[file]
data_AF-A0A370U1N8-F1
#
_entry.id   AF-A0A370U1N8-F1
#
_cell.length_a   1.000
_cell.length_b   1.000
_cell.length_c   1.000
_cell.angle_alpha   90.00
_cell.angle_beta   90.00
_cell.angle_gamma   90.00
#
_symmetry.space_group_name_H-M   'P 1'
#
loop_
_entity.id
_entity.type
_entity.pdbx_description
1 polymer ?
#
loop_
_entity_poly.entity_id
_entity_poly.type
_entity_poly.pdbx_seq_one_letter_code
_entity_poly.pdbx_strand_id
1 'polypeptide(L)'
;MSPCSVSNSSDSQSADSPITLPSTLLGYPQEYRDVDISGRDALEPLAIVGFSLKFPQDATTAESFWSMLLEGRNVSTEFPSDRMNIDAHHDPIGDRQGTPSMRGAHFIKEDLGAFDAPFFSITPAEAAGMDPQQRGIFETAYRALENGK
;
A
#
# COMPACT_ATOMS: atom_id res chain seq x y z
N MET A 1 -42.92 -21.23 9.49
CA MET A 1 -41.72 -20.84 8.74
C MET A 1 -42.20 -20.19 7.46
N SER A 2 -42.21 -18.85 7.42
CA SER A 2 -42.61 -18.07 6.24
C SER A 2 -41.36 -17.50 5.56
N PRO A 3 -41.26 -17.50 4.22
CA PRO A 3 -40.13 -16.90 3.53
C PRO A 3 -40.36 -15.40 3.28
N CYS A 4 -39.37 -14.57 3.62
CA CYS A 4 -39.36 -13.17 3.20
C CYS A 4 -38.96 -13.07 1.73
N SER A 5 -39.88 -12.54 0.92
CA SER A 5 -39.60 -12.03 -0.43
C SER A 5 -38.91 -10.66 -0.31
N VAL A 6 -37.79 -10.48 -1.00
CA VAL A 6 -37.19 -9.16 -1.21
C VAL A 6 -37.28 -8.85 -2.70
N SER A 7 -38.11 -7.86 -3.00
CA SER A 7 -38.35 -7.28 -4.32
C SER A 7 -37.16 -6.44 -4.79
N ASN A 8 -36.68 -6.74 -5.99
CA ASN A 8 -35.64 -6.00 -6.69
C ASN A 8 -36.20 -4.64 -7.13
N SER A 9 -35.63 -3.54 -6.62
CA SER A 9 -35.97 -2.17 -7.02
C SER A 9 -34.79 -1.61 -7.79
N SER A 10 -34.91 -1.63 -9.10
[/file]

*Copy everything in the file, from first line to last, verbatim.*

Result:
data_AF-A0A370U1N8-F1
#
_entry.id   AF-A0A370U1N8-F1
#
_cell.length_a   1.000
_cell.length_b   1.000
_cell.length_c   1.000
_cell.angle_alpha   90.00
_cell.angle_beta   90.00
_cell.angle_gamma   90.00
#
_symmetry.space_group_name_H-M   'P 1'
#
loop_
_entity.id
_entity.type
_entity.pdbx_description
1 polymer ?
#
loop_
_entity_poly.entity_id
_entity_poly.type
_entity_poly.pdbx_seq_one_letter_code
_entity_poly.pdbx_strand_id
1 'polypeptide(L)'
;MSPCSVSNSSDSQSADSPITLPSTLLGYPQEYRDVDISGRDALEPLAIVGFSLKFPQDATTAESFWSMLLEGRNVSTEFPSDRMNIDAHHDPIGDRQGTPSMRGAHFIKEDLGAFDAPFFSITPAEAAGMDPQQRGIFETAYRALENGK
;
A
#
# COMPACT_ATOMS: atom_id res chain seq x y z
N MET A 1 -42.92 -21.23 9.49
CA MET A 1 -41.72 -20.84 8.74
C MET A 1 -42.20 -20.19 7.46
N SER A 2 -42.21 -18.85 7.42
CA SER A 2 -42.61 -18.07 6.24
C SER A 2 -41.36 -17.50 5.56
N PRO A 3 -41.26 -17.50 4.22
CA PRO A 3 -40.13 -16.90 3.53
C PRO A 3 -40.36 -15.40 3.28
N CYS A 4 -39.37 -14.57 3.62
CA CYS A 4 -39.36 -13.17 3.20
C CYS A 4 -38.96 -13.07 1.73
N SER A 5 -39.88 -12.54 0.92
CA SER A 5 -39.60 -12.03 -0.43
C SER A 5 -38.91 -10.66 -0.31
N VAL A 6 -37.79 -10.48 -1.00
CA VAL A 6 -37.19 -9.16 -1.21
C VAL A 6 -37.28 -8.85 -2.70
N SER A 7 -38.11 -7.86 -3.00
CA SER A 7 -38.35 -7.28 -4.32
C SER A 7 -37.16 -6.44 -4.79
N ASN A 8 -36.68 -6.74 -5.99
CA ASN A 8 -35.64 -6.00 -6.69
C ASN A 8 -36.20 -4.64 -7.13
N SER A 9 -35.63 -3.54 -6.62
CA SER A 9 -35.97 -2.17 -7.02
C SER A 9 -34.79 -1.61 -7.79
N SER A 10 -34.91 -1.63 -9.10